World's tiniest dog?
© St. Petersburg Times
ST. PETERSBURG -- Linda Skeels-Hopson is standing at the broken screen door with her ticket out of this place nestled in the palm of her hand. She holds it up and straightens the tiny red bow on its head.
"Go ahead," she tells a visitor. "You can touch him."
Two brown M&M eyes squint against the sunlight. He doesn't get out much. Curbs are a problem. So is tall grass. And any animal larger than he is.
Which is just about everything other than plankton.
This, Skeels-Hopson believes, is the smallest dog in the world.
Tiny Pinocchio, a steel blue and tan 1-year-old Yorkshire terrier, tips the scales, if you could call it that, at an even 1 pound. He is 8 inches long, stands 4.5 inches tall at his shoulder, and fits comfortably in a baseball cap.
To claim the title of world's smallest dog for her pet, Skeels-Hopson, who breeds Yorkies, has contacted the people at Guinness World Records to seek forms her veterinarian has to fill out to verify the dog's size. Or lack thereof. To discourage those who might abuse their dogs, the record is based not only on weight, but on height and length.
The current Guinness record is held by a Yorkie with the clever name of Big Boss that lives in Thailand. Big Boss stands 4.7 inches tall and weighs 17 ounces. His exact length is unclear, but Skeels-Hopson is sure her dog is smaller.
"And I'd agree with her," said Dr. Michael Rumore, a veterinarian at Lake Seminole Animal Hospital, where Noki (Tiny Pinocchio's nickname) gets his regular checkups. "I honestly think it is the smallest dog in the world. He's highly abnormal, even for a toy breed."
There are several possible causes, Rumore explained, including hormonal deficiencies or some unknown form of canine dwarfism. "He just stopped growing at eight weeks," Rumore said, "although he has matured and he's healthy.
"To be honest, we don't know why he's so small. He may be just tiny."
Rumore does know this: Noki owes his life to Skeels-Hopson, 52, who cared for the dog when it was first born. It weighed just 2 ounces, and no one, except her, thought it would survive. Noki, whose father weighs nearly 4 pounds and mother a gargantuan 71/4 pounds, was born in her house.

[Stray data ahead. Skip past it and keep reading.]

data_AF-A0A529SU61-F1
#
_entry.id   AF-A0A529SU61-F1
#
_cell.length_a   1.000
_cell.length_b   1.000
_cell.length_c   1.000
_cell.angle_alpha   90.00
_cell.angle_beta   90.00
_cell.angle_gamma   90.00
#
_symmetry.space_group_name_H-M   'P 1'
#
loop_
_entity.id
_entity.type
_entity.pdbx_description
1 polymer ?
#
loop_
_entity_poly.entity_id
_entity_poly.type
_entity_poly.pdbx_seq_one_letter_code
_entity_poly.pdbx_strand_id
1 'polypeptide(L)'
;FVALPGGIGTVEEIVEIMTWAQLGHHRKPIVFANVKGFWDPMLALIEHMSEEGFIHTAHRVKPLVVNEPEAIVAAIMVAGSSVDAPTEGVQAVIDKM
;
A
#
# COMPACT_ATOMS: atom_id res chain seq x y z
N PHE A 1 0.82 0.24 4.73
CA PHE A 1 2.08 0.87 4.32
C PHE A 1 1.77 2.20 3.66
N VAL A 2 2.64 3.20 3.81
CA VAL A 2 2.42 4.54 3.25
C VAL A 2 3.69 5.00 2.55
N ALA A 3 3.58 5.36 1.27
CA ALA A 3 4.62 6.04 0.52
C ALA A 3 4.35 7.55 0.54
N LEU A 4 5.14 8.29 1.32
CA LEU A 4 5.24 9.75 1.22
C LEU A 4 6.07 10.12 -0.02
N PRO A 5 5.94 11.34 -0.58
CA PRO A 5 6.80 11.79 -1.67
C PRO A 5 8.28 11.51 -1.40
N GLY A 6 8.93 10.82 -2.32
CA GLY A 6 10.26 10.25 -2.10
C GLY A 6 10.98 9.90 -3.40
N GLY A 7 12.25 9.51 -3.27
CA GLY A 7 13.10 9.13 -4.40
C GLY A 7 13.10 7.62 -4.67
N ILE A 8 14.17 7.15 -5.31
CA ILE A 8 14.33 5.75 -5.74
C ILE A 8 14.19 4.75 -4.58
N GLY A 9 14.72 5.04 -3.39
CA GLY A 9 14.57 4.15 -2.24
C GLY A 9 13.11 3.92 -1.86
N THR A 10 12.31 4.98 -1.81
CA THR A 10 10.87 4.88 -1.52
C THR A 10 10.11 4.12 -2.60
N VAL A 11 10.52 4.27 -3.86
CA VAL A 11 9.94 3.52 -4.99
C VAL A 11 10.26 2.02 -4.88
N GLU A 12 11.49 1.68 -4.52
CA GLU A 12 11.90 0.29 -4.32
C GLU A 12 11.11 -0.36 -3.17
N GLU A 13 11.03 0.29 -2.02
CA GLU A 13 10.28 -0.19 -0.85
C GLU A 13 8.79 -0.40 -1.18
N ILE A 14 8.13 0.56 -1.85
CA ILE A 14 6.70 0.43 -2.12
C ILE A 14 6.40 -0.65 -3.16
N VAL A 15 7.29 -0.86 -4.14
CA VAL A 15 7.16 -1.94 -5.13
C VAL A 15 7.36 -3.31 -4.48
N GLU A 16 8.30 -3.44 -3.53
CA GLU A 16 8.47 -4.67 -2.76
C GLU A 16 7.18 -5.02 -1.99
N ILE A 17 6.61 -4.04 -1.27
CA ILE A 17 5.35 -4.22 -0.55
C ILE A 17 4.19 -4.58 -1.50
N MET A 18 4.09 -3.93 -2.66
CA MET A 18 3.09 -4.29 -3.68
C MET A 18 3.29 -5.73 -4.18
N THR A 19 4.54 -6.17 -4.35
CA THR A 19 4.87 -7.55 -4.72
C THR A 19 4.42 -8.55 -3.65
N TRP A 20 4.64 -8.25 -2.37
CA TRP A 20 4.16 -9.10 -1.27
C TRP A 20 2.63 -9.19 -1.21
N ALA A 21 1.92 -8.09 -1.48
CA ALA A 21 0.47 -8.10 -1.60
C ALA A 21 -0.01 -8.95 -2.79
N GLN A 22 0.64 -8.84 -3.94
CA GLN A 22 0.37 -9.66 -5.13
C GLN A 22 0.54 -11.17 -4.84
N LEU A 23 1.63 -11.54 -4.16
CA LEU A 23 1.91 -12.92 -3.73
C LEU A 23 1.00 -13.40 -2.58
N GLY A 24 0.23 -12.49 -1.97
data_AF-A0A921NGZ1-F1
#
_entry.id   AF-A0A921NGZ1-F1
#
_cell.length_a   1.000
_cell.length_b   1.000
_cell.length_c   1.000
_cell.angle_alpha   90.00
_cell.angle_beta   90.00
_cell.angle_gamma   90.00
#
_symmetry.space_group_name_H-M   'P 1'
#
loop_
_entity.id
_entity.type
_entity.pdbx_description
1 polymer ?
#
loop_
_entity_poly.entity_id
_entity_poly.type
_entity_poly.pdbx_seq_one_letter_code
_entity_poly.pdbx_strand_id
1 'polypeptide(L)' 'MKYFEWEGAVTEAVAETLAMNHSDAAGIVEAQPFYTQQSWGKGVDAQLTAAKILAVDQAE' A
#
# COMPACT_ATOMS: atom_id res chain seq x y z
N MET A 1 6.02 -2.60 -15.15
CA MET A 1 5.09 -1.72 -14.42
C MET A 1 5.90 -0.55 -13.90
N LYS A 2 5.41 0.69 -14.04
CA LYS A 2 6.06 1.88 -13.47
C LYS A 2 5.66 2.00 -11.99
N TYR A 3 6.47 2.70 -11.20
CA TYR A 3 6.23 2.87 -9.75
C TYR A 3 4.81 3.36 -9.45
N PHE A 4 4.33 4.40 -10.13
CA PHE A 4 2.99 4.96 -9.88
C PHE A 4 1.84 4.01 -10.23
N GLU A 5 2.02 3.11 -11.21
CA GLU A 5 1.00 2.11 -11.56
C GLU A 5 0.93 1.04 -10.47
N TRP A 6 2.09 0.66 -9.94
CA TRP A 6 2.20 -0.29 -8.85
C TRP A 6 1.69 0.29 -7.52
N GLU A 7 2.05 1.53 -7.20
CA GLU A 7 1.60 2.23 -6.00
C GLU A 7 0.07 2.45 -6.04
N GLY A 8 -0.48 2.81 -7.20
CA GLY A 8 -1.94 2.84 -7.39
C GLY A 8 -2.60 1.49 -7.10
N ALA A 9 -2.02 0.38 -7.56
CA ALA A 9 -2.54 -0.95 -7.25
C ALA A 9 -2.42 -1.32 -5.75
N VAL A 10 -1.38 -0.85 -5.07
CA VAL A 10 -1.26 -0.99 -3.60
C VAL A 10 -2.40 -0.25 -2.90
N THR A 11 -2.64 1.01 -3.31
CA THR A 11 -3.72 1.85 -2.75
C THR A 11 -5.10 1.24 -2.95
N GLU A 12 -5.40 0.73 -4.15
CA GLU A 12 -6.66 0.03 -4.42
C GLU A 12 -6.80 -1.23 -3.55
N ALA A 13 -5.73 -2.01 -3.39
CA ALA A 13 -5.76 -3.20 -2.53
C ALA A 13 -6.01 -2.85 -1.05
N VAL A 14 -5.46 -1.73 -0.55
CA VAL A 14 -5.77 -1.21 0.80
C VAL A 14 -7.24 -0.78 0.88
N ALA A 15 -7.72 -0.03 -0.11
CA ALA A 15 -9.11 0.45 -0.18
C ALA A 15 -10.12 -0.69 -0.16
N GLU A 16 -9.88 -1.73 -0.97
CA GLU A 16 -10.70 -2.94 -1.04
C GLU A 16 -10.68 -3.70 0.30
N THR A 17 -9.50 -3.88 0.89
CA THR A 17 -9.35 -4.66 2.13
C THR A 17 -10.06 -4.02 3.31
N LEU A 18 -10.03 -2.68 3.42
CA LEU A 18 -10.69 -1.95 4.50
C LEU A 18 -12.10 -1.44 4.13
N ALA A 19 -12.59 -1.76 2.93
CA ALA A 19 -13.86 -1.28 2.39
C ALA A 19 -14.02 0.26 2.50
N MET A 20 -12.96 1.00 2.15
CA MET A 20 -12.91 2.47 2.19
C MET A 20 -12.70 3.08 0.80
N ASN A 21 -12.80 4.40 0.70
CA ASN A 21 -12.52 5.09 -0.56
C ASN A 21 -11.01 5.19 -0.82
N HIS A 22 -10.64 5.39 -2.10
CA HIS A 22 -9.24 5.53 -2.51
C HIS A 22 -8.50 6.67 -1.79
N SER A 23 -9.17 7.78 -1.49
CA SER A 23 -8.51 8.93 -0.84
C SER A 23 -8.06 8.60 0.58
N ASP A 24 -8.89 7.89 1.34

There is no fence or Beware of Dog sign in the front yard of the small, gray shingle house on Second Avenue S. Noki sleeps in a metal bird cage on the coffee table in the living room. That's also where he goes when there's company. So people won't step on him. His bark, such as it is, resembles a canary's chirp.
Forget conventional dog food. Noki eats Gerber baby food -- a 21/2-ounce jar every five days or so. He prefers beef or turkey flavor. And forget conventional dog bowls. He eats out of the baby food lids.
"People slow down and stare when I'm out walking him," Skeels-Hopson said. "They'll ask if it's a real dog.
"Like Pinocchio, he's my miracle," she added. "I prayed so hard he would live, and he did.
"Maybe he is my ticket out of this life I live."
Sam, her husband, is disabled. Their only income is from Linda's Yorkie breeding business. But if the record is verified, Skeels-Hopson hopes it will lead to Noki calendars, Noki T-shirts, books, movie deals . . . all things Noki. She already has a Web site (tinypinocchio.com) devoted to Noki and Noki-related products.
"I can see us on Oprah," she said. "Think of what he can do for the world."
The possibilities boggle the mind. But before that happens, he'll have to get out to meet his public. At least he travels well. Usually in a small MacGregor sports bag. Or a pocket will do. And if he doesn't get stepped on (his owner's biggest fear) or meet some other untimely fate, he could live 15 years. Maybe longer.
Yes, someday soon, he could be huge. Figuratively speaking.
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